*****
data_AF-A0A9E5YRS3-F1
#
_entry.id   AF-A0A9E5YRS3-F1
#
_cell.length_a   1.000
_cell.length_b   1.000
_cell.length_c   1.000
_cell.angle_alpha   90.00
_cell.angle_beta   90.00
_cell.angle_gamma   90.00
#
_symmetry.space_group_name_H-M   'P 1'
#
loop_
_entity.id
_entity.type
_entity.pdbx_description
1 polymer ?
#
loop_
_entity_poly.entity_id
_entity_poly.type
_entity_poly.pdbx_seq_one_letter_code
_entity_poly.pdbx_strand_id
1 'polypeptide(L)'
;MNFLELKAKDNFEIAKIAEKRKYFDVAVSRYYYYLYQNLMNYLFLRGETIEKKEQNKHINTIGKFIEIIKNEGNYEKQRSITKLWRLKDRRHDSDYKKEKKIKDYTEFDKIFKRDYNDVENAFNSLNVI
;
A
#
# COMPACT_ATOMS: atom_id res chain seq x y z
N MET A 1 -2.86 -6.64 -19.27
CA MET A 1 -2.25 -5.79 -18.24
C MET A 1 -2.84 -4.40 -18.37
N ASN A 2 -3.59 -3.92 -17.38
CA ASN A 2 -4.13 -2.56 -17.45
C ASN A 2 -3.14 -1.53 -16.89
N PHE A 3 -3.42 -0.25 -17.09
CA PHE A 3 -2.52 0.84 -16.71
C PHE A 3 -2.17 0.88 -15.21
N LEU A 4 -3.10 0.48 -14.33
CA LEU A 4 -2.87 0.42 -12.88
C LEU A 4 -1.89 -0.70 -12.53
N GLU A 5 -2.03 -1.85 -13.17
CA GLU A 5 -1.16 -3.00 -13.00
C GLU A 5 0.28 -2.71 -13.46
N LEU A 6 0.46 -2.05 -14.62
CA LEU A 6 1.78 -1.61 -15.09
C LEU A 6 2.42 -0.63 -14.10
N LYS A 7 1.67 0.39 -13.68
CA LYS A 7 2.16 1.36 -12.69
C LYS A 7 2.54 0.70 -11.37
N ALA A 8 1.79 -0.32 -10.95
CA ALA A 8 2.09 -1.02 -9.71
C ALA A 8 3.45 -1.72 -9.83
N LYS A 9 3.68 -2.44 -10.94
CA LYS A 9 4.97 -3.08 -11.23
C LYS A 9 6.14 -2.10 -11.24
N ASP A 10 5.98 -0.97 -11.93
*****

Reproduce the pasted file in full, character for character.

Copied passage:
data_AF-A0A9E5YRS3-F1
#
_entry.id   AF-A0A9E5YRS3-F1
#
_cell.length_a   1.000
_cell.length_b   1.000
_cell.length_c   1.000
_cell.angle_alpha   90.00
_cell.angle_beta   90.00
_cell.angle_gamma   90.00
#
_symmetry.space_group_name_H-M   'P 1'
#
loop_
_entity.id
_entity.type
_entity.pdbx_description
1 polymer ?
#
loop_
_entity_poly.entity_id
_entity_poly.type
_entity_poly.pdbx_seq_one_letter_code
_entity_poly.pdbx_strand_id
1 'polypeptide(L)'
;MNFLELKAKDNFEIAKIAEKRKYFDVAVSRYYYYLYQNLMNYLFLRGETIEKKEQNKHINTIGKFIEIIKNEGNYEKQRSITKLWRLKDRRHDSDYKKEKKIKDYTEFDKIFKRDYNDVENAFNSLNVI
;
A
#
# COMPACT_ATOMS: atom_id res chain seq x y z
N MET A 1 -2.86 -6.64 -19.27
CA MET A 1 -2.25 -5.79 -18.24
C MET A 1 -2.84 -4.40 -18.37
N ASN A 2 -3.59 -3.92 -17.38
CA ASN A 2 -4.13 -2.56 -17.45
C ASN A 2 -3.14 -1.53 -16.89
N PHE A 3 -3.42 -0.25 -17.09
CA PHE A 3 -2.52 0.84 -16.71
C PHE A 3 -2.17 0.88 -15.21
N LEU A 4 -3.10 0.48 -14.33
CA LEU A 4 -2.87 0.42 -12.88
C LEU A 4 -1.89 -0.70 -12.53
N GLU A 5 -2.03 -1.85 -13.17
CA GLU A 5 -1.16 -3.00 -13.00
C GLU A 5 0.28 -2.71 -13.46
N LEU A 6 0.46 -2.05 -14.62
CA LEU A 6 1.78 -1.61 -15.09
C LEU A 6 2.42 -0.63 -14.10
N LYS A 7 1.67 0.39 -13.68
CA LYS A 7 2.16 1.36 -12.69
C LYS A 7 2.54 0.70 -11.37
N ALA A 8 1.79 -0.32 -10.95
CA ALA A 8 2.09 -1.02 -9.71
C ALA A 8 3.45 -1.72 -9.83
N LYS A 9 3.68 -2.44 -10.94
CA LYS A 9 4.97 -3.08 -11.23
C LYS A 9 6.14 -2.10 -11.24
N ASP A 10 5.98 -0.97 -11.93